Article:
Using ordinary skin cells derived from patients with Type I diabetes, scientists were able to reprogram the cells to create new cells that produce insulin. The announcement heralds a potentially revolutionary type of therapy for the millions of people who suffer from Type I diabetes.
In a procedure which is now commonly reproduced by stem cell scientists around the world, the researchers de-differentiated ordinary somatic (non-stem-cell) skin cells into a more primitive state, known as iPS (induced pluripotent stem) cells. In a new variaton on the theme, however, the iPS cells were then reprogrammed and re-differentiated into a new type of cell, one which resembles the insulin-producing beta islet cells of the pancreas. Specifically, the skin samples were obtained from two white males, one of whom had been diagnosed with Type I diabetes at 3 years of age, and the other of whom was first diagnosed at 21 years of age. Led by Dr. Douglas Melton, codirector of the Harvard Stem Cell Institute and a leading investigator at the Howard Hughes Medical Institute, the team of researchers reprogrammed the fibroblasts into iPS cells using 3 of the 4 genes that are commonly used for the iPS reprogramming procedure. Although the new cells do not produce insulin as efficiently as naturally occurring pancreatic cells do, nevertheless the new cells are responsive to changes in blood sugar levels. The procedure signifies an especially important accomplishment since the skin cells were not randomly taken from any donor but instead were specifically taken from patients who are suffering from Type I diabetes, thereby yielding a new type of cell which is "patient-specific" and which therefore matches the individual’s unique genetic profile, in addition to being free of any risk of immune rejection.
The next step now is to create an animal model of Type I diabetes in which the new cells can be studied. Eventually, the ultimate goal is to develop a clinical therapy from the procedure which can be used in human patients to replace the pancreatic beta islet cells that are destroyed by Type I diabetes.
According to Susan Solomon, J.D., CEO of the New York Stem Cell Foundation, which cofunded the study, "This is a big deal. Tackling the basic biology of Type 1 diabetes, which is a very complex disease, is a critical step. With these cells, we can see in a dish what’s happening to the immune system, and if you don’t understand the immune response, you get nowhere with Type 1 diabetes." As Dr. Meri Firpo of the Stem Cell Institute at the University of Minnesota further adds, "This is very preliminary data, but now we could potentially look at the interaction between immune system cells and insulin-producing cells to find the root cause or trigger, which we think might vary from patient to patient."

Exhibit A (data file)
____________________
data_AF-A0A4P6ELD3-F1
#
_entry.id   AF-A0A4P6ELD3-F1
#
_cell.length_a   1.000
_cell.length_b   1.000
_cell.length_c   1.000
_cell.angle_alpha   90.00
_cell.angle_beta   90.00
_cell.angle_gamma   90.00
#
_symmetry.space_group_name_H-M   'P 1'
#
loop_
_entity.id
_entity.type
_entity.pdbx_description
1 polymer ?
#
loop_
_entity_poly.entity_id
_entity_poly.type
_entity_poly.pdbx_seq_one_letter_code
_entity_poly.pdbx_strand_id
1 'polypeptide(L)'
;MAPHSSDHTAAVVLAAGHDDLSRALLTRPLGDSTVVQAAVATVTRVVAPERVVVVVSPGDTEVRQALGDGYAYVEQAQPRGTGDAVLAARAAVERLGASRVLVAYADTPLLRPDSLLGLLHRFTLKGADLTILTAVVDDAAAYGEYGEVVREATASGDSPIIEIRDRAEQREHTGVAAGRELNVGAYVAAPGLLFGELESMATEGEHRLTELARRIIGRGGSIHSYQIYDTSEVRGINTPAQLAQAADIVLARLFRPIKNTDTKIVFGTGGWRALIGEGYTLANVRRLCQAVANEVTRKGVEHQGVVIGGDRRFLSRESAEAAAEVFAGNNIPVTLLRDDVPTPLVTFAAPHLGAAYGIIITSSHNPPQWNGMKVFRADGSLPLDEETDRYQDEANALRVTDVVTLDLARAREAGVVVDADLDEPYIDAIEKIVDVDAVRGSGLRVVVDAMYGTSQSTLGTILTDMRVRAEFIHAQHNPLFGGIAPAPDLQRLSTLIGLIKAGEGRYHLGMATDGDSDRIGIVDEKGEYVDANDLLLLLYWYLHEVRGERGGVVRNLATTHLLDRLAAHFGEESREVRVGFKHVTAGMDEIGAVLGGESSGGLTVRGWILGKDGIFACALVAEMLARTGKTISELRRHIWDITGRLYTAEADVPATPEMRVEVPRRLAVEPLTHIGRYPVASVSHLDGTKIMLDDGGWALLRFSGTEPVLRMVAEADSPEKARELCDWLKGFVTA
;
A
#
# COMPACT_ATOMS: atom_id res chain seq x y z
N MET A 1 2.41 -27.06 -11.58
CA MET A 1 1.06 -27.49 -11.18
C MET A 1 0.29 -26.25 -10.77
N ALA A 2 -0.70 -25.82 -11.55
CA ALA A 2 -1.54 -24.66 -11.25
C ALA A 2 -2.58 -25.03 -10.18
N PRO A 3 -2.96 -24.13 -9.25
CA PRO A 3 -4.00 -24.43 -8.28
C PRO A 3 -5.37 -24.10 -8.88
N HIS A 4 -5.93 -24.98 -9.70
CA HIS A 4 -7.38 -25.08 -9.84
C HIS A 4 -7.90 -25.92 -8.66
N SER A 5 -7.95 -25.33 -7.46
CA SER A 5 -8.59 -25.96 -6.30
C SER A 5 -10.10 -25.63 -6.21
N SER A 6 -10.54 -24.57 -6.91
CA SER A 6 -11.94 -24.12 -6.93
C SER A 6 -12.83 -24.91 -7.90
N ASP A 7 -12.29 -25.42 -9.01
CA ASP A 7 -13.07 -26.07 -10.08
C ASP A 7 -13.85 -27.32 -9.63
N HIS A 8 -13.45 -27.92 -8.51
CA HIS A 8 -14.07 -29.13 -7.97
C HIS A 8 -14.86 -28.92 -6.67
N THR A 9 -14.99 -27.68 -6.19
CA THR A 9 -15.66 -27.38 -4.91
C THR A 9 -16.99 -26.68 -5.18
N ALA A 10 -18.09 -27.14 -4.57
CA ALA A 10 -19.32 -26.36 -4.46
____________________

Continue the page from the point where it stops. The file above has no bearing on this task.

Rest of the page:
Meanwhile, however, such a therapy is still in the developmental stage, and the new insulin-producing cells are currently disqualified from clinical use since the genetic manipulation that is used for reprogramming the cells poses too many medical risks. Among other problems, cells from mice that have been reprogrammed according to this method have been found to develop into teratomas (tumors) when the cells were readministered to the mice. According to Julia Greenstein of the Juvenile Diabetes Research Foundation (JDRF), the most immediate applications of Dr. Melton’s new achievement "are primarily research-related". As she further explains, "Our hope is that understanding all of these things will come together – that once we’ve figured out how to make the cell source, we will have also figured out how to block the immune response, but there’s a lot of basic science one has to do to get there." Nevertheless, "There’s an incredible amount of exciting research that has the capacity to impact the disease in the long-term," she adds.
Believed to be of autoimmune origin, Type I diabetes destroys the insulin-producing beta islet cells of the pancreas. Though not as common as Type II diabetes, Type I diabetes is currently untreatable by conventional medical therapies, which offer no known cure for the disease. Since there is a strong genetic susceptibility, researchers believe that "patient-specific" therapies which are derived from each patient’s own unique cells should offer the most efficacious type of treatment. Such therapies would also eliminate any need for dangerous immunosuppressive drugs – if or when such therapies are ever actually developed from iPS cells, some day, at some undetermined point in the future.
Of course, "patient-specific" therapies already exist, today, and have already been derived from autologous adult stem cells and are already being used in clinics around the world for a wide variety of diseases and injuries, without any risk of immune rejection and without any need for dangerous immunosuppression – should anyone be interested to notice.